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Lifeless: A Novel Hardcover – 2006


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Hardcover, 2006
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Product Details

  • Hardcover
  • Publisher: William Morrow (2006)
  • Language: English
  • ISBN-10: 0060841664
  • ISBN-13: 978-0060841669
  • Product Dimensions: 23.6 x 16.2 x 3.3 cm
  • Shipping Weight: 680 g

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Most Helpful Customer Reviews on Amazon.com (beta)

Amazon.com: 24 reviews
5 of 6 people found the following review helpful
Disappointing May 11 2008
By Helen Simpson - Published on Amazon.com
Format: Mass Market Paperback
Not as good as his first three novels featuring DI Tom Thorne; Sleepy Head, Scaredy Cat and Lazybones. Although the potential was there with the very believable Gulf War storyline it never quite hit the spot. Yes there were murders but really it could have just been an account of what it's like to live on the streets of London - which I have to add, was sensitively and well conveyed.

DI Thorne, who is such a likeable maverick, really holds the story together, liasing between the homeless world and the police. Even so, I still found my attention wandering and needed to re-read paragraphs. It wouldn't put me off reading another of Billinghams books though because I know he's capable of better stuff.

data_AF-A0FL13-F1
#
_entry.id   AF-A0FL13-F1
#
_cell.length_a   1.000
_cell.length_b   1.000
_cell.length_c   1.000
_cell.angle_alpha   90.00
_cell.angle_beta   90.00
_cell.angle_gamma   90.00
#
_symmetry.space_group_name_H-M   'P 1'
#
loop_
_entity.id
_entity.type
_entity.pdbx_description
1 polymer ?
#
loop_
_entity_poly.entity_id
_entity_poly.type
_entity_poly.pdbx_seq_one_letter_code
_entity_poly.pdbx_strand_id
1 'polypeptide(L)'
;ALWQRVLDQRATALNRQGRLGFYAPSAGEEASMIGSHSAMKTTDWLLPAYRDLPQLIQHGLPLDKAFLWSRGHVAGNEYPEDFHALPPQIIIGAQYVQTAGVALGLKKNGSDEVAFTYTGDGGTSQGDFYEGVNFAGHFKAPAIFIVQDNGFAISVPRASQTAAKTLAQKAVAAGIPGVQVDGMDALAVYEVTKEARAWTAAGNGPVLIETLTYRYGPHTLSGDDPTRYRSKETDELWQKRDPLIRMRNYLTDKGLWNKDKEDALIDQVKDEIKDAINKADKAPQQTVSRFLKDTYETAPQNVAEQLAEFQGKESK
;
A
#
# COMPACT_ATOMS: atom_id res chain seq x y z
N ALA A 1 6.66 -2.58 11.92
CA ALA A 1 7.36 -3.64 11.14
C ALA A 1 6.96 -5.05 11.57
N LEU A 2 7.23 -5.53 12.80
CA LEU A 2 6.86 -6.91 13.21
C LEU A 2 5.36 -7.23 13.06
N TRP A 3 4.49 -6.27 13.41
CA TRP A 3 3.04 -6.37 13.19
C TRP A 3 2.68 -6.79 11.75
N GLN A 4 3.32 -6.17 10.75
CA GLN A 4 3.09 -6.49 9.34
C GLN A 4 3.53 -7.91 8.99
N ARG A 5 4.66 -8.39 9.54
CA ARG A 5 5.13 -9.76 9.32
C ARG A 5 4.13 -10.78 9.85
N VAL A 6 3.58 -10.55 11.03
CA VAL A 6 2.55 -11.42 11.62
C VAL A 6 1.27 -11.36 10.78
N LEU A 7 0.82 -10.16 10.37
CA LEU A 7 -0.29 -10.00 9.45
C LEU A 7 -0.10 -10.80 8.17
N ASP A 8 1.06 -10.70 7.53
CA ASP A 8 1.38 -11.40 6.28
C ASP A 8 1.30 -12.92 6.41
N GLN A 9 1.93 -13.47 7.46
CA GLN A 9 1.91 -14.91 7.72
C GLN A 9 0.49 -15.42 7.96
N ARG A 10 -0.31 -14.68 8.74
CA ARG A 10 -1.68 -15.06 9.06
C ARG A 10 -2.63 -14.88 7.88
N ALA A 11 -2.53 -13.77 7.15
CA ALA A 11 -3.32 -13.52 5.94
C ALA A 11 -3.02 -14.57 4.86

1 of 1 people found the following review helpful
Great Stuff Nov. 9 2007
By J. Chippindale - Published on Amazon.com
Format: Mass Market Paperback
Mark Billingham was born and brought up in Birmingham. Having worked for some years as an actor and more recently as a TV writer and stand-up comedian his first crime novel was published in 2001.
Though still occasionally working as a stand-up comic, Mark now concentrates on writing the series of crime novels featuring London-based detective Tom Thorne. Mark lives in North London with his wife and two children.

For any new readers who have not read any of Mark Billingham's Tom Thorne books, you are missing a real treat. Start reading them now, I am sure you will not be disappointed.

It would seem, even those who know him best, that Thorne's career has reached it's peak and is now on the long steep slide to disaster. He has always flirted with trouble with his superiors but on his last case he overstepped the mark and someone up in that ivory tower has suggested he take a break to take stock of both himself and his career.